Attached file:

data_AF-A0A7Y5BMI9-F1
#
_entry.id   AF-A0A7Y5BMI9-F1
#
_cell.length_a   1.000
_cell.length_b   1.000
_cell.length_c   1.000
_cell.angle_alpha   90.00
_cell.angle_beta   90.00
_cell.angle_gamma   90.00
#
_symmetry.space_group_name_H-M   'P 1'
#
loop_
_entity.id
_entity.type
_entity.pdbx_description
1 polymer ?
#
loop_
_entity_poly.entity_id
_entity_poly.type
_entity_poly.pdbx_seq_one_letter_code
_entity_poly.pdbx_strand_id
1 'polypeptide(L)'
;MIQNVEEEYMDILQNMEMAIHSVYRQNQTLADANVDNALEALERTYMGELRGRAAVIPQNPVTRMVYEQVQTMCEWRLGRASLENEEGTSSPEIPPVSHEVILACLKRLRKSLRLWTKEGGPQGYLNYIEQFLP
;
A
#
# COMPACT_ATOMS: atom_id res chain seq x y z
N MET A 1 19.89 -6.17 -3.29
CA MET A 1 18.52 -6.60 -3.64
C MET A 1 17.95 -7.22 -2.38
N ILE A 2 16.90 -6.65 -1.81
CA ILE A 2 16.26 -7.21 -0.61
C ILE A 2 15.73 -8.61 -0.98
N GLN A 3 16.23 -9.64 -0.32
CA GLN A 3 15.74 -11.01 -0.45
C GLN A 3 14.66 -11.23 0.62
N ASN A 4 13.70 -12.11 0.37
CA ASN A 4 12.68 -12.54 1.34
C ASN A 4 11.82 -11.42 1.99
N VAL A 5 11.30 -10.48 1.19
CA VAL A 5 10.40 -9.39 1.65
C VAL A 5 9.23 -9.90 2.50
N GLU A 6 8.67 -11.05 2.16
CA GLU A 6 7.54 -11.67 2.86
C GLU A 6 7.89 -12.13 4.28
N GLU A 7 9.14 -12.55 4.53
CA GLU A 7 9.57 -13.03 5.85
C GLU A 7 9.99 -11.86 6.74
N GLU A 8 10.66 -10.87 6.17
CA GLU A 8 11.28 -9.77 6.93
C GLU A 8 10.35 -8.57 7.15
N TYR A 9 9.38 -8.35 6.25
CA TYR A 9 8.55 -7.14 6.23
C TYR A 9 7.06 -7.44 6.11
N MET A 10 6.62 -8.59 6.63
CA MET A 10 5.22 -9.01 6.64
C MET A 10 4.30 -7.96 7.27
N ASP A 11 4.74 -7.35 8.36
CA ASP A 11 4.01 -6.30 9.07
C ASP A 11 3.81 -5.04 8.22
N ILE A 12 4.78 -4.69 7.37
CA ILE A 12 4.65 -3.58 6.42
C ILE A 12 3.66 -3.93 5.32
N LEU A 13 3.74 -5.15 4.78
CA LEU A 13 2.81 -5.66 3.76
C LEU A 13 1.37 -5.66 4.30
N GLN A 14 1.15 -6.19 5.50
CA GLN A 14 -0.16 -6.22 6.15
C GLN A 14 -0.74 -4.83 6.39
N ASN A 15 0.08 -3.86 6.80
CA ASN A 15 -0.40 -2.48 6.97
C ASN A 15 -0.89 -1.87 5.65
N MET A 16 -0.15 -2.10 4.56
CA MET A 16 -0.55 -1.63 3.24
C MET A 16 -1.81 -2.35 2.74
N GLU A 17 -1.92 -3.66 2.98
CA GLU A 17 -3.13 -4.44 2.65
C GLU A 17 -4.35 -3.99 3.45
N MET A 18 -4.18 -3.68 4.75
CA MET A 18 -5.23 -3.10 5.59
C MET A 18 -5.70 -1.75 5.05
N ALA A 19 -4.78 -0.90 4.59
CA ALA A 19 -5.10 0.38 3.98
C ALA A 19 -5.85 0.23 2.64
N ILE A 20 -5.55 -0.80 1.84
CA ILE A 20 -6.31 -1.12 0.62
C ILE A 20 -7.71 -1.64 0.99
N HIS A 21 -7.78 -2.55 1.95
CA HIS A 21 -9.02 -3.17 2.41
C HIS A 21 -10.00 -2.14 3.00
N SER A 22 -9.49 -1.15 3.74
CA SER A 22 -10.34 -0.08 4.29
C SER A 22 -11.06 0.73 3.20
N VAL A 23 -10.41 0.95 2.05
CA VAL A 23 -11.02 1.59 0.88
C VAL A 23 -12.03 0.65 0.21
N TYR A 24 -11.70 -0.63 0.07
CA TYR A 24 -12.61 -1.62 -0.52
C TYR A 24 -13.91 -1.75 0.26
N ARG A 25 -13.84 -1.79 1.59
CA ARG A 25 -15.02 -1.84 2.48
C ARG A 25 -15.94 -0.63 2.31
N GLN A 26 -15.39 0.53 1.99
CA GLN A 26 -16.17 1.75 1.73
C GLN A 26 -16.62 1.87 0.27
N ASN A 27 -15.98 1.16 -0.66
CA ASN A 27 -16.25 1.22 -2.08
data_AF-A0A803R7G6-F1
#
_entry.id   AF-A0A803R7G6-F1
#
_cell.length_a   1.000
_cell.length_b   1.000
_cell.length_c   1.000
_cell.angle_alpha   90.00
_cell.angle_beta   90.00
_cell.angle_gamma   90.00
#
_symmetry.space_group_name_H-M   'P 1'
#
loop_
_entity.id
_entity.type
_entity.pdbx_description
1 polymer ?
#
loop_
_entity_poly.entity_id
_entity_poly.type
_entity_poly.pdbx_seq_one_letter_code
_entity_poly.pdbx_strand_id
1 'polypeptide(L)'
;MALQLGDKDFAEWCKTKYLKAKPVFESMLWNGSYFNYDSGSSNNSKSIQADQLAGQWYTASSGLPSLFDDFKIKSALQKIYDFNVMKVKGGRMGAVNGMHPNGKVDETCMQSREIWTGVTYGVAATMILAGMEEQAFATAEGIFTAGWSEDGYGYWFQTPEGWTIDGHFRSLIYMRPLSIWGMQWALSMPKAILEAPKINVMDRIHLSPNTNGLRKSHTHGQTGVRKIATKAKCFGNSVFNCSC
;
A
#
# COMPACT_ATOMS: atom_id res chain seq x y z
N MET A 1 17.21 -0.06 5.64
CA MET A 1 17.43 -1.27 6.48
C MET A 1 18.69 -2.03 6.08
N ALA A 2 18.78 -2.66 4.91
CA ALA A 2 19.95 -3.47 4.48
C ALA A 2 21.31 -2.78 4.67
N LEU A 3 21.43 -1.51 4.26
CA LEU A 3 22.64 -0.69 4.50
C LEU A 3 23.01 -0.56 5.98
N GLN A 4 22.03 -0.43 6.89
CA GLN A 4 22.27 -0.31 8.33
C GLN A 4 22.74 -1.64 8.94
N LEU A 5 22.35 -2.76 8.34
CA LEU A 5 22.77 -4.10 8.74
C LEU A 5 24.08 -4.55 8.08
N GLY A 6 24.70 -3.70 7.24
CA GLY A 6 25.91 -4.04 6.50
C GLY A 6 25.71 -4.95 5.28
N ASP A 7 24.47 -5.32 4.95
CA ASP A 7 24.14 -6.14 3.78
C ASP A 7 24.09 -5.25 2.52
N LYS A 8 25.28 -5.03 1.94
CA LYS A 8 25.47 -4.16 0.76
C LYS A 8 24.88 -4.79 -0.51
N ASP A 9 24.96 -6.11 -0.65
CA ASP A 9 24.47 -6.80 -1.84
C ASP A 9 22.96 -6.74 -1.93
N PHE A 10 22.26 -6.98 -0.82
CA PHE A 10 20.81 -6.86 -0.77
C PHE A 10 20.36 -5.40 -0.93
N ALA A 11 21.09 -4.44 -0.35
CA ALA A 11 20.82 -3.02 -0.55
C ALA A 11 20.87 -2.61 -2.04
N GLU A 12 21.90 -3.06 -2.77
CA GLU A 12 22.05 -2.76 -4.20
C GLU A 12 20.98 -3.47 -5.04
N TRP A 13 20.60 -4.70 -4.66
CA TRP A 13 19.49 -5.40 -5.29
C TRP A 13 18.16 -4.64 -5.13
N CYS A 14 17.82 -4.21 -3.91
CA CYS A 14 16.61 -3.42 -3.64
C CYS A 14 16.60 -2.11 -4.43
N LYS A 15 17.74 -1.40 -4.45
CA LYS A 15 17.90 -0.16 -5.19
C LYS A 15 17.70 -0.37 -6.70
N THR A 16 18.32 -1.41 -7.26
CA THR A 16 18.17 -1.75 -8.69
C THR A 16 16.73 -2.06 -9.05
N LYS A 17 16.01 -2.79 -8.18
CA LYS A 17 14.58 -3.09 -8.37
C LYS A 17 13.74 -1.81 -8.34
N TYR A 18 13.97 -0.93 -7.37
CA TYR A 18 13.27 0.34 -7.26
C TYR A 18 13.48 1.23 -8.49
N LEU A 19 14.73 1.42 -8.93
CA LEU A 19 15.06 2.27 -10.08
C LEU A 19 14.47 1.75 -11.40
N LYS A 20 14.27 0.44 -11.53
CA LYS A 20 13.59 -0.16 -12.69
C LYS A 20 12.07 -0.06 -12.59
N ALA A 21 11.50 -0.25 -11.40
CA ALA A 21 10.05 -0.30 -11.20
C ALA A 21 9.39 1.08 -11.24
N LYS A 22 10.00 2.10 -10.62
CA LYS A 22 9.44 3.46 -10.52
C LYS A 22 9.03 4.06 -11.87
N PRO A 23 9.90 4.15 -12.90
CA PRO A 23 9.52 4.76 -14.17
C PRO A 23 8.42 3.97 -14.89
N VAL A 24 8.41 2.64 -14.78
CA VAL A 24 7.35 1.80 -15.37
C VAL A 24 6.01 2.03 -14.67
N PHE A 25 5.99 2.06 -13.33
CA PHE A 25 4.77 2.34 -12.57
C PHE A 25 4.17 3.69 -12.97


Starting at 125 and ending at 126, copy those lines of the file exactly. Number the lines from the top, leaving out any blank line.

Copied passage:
_entity.id
_entity.type